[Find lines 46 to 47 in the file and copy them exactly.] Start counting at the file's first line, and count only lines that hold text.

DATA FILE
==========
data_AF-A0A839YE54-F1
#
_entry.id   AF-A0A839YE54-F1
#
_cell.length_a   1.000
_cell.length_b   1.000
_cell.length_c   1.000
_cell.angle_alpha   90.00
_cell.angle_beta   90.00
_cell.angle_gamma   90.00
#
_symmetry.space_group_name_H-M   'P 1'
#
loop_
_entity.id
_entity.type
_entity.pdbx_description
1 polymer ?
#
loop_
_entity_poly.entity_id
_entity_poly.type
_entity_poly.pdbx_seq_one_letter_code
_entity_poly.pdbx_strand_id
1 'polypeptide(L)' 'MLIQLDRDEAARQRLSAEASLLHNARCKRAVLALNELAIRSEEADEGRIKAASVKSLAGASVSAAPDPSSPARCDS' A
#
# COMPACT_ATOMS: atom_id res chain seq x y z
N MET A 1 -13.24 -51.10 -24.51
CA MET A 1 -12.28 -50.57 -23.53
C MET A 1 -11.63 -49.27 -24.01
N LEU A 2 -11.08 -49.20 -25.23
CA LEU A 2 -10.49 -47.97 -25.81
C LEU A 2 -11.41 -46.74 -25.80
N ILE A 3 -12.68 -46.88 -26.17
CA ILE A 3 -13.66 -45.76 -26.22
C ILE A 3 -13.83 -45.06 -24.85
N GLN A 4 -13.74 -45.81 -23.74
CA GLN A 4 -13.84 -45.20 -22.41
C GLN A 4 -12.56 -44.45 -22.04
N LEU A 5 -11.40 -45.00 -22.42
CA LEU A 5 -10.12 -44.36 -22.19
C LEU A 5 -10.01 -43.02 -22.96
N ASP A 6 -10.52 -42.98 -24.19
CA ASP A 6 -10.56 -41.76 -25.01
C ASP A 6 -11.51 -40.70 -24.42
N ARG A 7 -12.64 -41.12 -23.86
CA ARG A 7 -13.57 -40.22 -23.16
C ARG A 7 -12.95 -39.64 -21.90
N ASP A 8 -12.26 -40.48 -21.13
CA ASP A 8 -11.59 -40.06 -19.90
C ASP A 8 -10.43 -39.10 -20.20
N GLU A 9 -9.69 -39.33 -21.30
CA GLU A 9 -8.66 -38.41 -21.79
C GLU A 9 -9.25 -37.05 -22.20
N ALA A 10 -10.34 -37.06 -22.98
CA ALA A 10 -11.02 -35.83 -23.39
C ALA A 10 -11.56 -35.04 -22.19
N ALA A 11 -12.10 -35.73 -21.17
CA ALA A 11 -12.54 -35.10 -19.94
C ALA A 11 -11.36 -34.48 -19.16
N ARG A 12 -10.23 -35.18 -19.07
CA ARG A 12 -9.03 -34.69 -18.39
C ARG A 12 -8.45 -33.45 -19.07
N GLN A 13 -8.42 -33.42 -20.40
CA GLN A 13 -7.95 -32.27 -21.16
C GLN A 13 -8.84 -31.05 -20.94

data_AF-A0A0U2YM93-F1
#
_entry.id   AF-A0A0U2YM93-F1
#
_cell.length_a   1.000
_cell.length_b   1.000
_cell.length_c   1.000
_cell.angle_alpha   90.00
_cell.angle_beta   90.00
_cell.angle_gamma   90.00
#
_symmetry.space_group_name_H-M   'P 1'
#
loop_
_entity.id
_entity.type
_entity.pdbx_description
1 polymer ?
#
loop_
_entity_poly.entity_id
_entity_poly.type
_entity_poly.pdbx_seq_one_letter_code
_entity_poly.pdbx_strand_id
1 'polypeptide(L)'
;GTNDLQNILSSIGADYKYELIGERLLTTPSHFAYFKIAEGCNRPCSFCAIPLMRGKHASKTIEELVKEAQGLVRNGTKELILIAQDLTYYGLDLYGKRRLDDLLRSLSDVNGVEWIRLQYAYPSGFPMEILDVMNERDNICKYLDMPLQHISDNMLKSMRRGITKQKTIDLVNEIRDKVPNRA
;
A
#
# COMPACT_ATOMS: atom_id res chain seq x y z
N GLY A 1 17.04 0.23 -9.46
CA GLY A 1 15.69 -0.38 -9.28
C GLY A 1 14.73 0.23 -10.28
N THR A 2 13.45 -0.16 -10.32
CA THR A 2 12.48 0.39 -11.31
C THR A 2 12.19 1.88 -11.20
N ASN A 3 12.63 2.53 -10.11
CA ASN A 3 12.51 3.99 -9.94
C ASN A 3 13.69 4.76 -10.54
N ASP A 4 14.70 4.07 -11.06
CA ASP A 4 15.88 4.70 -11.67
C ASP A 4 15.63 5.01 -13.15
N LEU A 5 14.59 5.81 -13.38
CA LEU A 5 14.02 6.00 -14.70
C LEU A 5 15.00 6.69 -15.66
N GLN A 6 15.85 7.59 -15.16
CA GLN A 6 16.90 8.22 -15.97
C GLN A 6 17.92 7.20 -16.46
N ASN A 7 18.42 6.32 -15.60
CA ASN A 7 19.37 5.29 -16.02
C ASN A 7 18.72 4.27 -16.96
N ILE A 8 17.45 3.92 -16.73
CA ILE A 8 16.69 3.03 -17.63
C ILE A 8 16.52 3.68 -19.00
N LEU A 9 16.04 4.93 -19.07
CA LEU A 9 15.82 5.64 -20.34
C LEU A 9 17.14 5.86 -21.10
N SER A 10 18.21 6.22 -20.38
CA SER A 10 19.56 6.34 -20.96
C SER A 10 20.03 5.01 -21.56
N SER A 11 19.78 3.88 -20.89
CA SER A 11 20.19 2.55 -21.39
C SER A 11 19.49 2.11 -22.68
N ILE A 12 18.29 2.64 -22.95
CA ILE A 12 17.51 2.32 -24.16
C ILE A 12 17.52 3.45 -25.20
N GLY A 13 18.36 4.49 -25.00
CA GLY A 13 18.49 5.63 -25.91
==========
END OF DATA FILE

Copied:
N ARG A 7 -12.64 -41.12 -23.86
CA ARG A 7 -13.57 -40.22 -23.16